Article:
Review: Lights Out

When her little brother, Martin, experiences the same events that once tested her sanity, Rebecca works to unlock the truth behind the terror, which brings her face to face with an entity that has an attachment to their mother, Sophie.

With all the mainstream horrors that get churned out today with the same jump scares and typically overdone stories it’s rare to find something a little more original that just sticks to something simple but yet manages to be effective. David F Sandberg’s new genre feature manages to do just that and scare us along the way too.

It follows the story of Rebecca (a strong performance from Teresa Palmer) who’s little brother Martin (Gabriel Bateman) starts experiencing something truly terrifying of which she also used to go through as a child. Every time the lights are out a scary figure appears but when they are turned on again it’s gone. As Rebecca reaches further into the past she discovers that the supernatural being has a connection with her mother (a brilliant Maria Bello) It’s as simple as that. The hard part is trying to figure out the evil’s origins and whether or not they can overcome it.

It’s refreshing to have a horror film of late which actually writes characters which we care about and sympathise with. In this film enough backstory is given – without dragging on for too long – so that we can connect with them and want them to overcome this evil. The cast all give solid performances. Teresa Palmer is charismatic as lead Rebecca; not having seen her in many central roles I felt she gave an honest and strong performance holding the story together. Child actor Gabriel Bateman joins the ever-growing recent list of new young actors who are proving very powerful indeed. Maria Bello is also great as Rebecca and Martin’s mother – Sophie. No stranger to the horror genre with the likes of The Dark and Secret Window on her resume she certainly plays the role well.

What the film is in danger of is generating the same jump scares over and over to try and create tension when all it does is become tiresome and predictable instead. Sandberg manages to avoid this here and instead he produces an eerie atmosphere by way of a superb script and just a few jumps here and there which you don’t see coming. He uses the space effectively and rather than building the story for two thirds of the film and rushing to the climax in the final third, he spends a short amount of time setting the scene and characters and then gets straight down to the threat at hand and the end result is both scary and memorable.

So 2016, the year that horror started to get interesting again, a year where there has been more good horror films than bad so where does the latest offering LIGHTS OUT sit within that scale?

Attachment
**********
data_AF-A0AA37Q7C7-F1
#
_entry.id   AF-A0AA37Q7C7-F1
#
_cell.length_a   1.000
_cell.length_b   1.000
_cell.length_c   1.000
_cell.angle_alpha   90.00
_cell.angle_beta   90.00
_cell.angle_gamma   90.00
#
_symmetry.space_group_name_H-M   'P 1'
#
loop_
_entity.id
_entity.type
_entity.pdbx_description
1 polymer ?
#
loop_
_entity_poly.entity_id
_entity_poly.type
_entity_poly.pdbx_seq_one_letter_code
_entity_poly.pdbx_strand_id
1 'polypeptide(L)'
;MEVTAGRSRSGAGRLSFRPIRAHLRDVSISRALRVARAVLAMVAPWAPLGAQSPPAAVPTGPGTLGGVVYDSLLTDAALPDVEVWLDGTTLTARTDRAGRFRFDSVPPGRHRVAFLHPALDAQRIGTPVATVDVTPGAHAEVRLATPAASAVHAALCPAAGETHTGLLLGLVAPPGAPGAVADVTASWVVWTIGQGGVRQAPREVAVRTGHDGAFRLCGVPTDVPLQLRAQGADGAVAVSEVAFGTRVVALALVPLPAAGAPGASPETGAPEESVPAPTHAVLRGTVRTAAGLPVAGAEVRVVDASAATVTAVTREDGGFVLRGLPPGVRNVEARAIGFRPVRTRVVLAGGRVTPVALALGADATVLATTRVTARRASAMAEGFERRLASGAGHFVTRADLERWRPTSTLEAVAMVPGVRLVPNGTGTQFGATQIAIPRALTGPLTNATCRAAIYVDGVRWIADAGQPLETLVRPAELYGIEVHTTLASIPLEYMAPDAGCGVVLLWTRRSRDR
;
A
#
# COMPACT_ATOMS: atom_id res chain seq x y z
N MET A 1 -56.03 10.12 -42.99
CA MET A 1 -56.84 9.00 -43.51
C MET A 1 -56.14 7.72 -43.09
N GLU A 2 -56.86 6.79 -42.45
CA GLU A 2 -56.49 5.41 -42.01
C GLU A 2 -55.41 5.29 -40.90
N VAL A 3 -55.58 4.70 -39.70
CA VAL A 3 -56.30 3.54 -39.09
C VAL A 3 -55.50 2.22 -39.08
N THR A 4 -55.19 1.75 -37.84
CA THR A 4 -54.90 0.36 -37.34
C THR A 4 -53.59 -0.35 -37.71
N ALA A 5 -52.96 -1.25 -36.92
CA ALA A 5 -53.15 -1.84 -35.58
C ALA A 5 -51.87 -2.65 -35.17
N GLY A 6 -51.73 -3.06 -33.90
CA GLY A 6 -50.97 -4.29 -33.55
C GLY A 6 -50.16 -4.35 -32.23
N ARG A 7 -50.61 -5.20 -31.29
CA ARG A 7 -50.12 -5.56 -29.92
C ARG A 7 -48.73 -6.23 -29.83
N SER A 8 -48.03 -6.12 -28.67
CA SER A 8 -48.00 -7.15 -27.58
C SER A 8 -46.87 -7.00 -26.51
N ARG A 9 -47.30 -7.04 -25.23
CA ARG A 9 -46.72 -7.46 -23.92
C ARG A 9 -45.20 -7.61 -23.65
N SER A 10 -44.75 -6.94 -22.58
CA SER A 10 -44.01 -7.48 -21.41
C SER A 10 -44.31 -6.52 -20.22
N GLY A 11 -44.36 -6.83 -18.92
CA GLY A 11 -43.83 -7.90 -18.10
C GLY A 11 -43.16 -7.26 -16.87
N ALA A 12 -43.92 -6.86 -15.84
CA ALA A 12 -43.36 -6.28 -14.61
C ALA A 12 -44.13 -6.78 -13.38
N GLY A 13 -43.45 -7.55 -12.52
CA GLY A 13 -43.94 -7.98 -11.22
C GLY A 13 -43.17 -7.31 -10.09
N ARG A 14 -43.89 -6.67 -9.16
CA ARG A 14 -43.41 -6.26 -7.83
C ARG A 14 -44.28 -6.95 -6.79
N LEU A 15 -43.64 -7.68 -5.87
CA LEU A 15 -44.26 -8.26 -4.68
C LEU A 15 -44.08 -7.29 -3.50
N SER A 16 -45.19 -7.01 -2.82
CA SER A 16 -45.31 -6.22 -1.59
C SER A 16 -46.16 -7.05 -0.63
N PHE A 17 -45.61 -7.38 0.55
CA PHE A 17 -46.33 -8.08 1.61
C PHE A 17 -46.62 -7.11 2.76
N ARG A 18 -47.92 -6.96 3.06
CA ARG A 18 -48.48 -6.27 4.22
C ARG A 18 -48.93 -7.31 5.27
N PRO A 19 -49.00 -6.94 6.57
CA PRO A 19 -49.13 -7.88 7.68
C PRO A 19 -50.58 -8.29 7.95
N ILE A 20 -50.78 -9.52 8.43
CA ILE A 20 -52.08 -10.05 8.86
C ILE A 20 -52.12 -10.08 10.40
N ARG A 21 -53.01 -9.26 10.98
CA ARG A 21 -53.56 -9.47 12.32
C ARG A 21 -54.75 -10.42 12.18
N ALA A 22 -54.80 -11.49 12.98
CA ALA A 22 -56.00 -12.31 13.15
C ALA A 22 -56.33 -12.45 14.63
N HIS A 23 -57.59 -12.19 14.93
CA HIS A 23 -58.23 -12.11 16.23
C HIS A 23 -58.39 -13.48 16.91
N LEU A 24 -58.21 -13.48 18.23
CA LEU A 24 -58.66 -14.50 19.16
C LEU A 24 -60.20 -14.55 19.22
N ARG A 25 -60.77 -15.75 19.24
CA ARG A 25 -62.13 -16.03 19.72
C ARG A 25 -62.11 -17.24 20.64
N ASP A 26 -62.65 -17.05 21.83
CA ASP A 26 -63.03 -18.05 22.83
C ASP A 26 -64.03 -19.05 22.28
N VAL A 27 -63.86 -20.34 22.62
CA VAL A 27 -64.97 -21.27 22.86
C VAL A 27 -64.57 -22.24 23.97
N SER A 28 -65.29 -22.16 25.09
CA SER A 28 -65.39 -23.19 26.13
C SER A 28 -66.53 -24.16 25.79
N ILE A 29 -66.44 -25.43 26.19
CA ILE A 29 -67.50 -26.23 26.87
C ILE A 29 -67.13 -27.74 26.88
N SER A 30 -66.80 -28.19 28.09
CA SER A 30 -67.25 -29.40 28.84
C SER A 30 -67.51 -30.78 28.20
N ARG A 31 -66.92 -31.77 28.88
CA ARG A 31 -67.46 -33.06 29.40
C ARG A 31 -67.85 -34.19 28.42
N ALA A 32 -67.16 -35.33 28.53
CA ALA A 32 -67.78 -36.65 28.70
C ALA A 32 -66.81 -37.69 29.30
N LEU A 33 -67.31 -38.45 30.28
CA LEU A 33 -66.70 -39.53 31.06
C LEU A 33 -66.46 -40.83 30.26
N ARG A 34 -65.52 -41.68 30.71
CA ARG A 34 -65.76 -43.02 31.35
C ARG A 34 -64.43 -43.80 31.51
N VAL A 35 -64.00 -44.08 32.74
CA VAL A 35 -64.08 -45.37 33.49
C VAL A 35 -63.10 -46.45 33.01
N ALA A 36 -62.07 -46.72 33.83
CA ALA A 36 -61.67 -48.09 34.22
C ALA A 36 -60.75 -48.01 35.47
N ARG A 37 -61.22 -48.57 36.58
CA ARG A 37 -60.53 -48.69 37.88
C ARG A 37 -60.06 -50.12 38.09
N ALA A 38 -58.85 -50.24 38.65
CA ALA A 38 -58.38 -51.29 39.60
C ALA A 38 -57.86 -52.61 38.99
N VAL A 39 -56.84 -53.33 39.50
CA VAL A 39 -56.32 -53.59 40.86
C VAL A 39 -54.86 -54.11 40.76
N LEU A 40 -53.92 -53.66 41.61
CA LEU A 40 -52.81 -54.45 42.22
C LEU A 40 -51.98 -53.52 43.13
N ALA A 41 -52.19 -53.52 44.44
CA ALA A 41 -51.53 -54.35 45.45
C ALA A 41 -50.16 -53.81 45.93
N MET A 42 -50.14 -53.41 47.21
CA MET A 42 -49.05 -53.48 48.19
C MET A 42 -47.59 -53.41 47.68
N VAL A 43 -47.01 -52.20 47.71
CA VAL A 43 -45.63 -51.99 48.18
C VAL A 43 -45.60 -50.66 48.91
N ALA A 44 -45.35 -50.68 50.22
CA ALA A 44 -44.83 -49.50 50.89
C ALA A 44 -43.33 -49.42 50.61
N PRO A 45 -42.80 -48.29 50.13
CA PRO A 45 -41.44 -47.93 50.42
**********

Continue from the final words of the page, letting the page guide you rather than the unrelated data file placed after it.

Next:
LIGHTS OUT is a family based horror centred around the youngest child of the family who is seeing visions of something once it goes dark, the same visions that his older sister used to see whilst living at home. She in turn decides to help him whilst the mother goes through a serious breakdown and in her delusion she still believes that a girl she was in a mental hospital with is still alive and living within the family home. Question is, how much of this is real?

There is strictly nothing wrong with this movie, it is competent, it has a few scares and a lot of the tension isn’t in the creature but in the clever use of sound effects. A lot of the scares and effects we have seen before so don’t watch this expecting anything that is new or different.

What I found with this is it’s just very average, it isn’t a bad film, it doesn’t stand out it just will get released, a few people will watch it and it will fade off without ever being memorable. It all feels like we have seen it all before and for a horror fan I want my movies to shock and surprise me. This just lacked any real tension, wasn’t really scary and I just felt quite indifferent to it.

The nearest comparison I would say would be THE BABADOOK, a horror centred around family tension and if you liked that you will probably find something here that you like to. If you thought that was over hyped and not what it promised then you will probably feel the same about LIGHTS OUT.

It is worth seeing just for the fact it’s new, it’s not a remake and it is alright but it just sits in the middle of that scale.

Lights Out is at cinemas from the 26th August. 




81 thoughts on “Review: Lights Out

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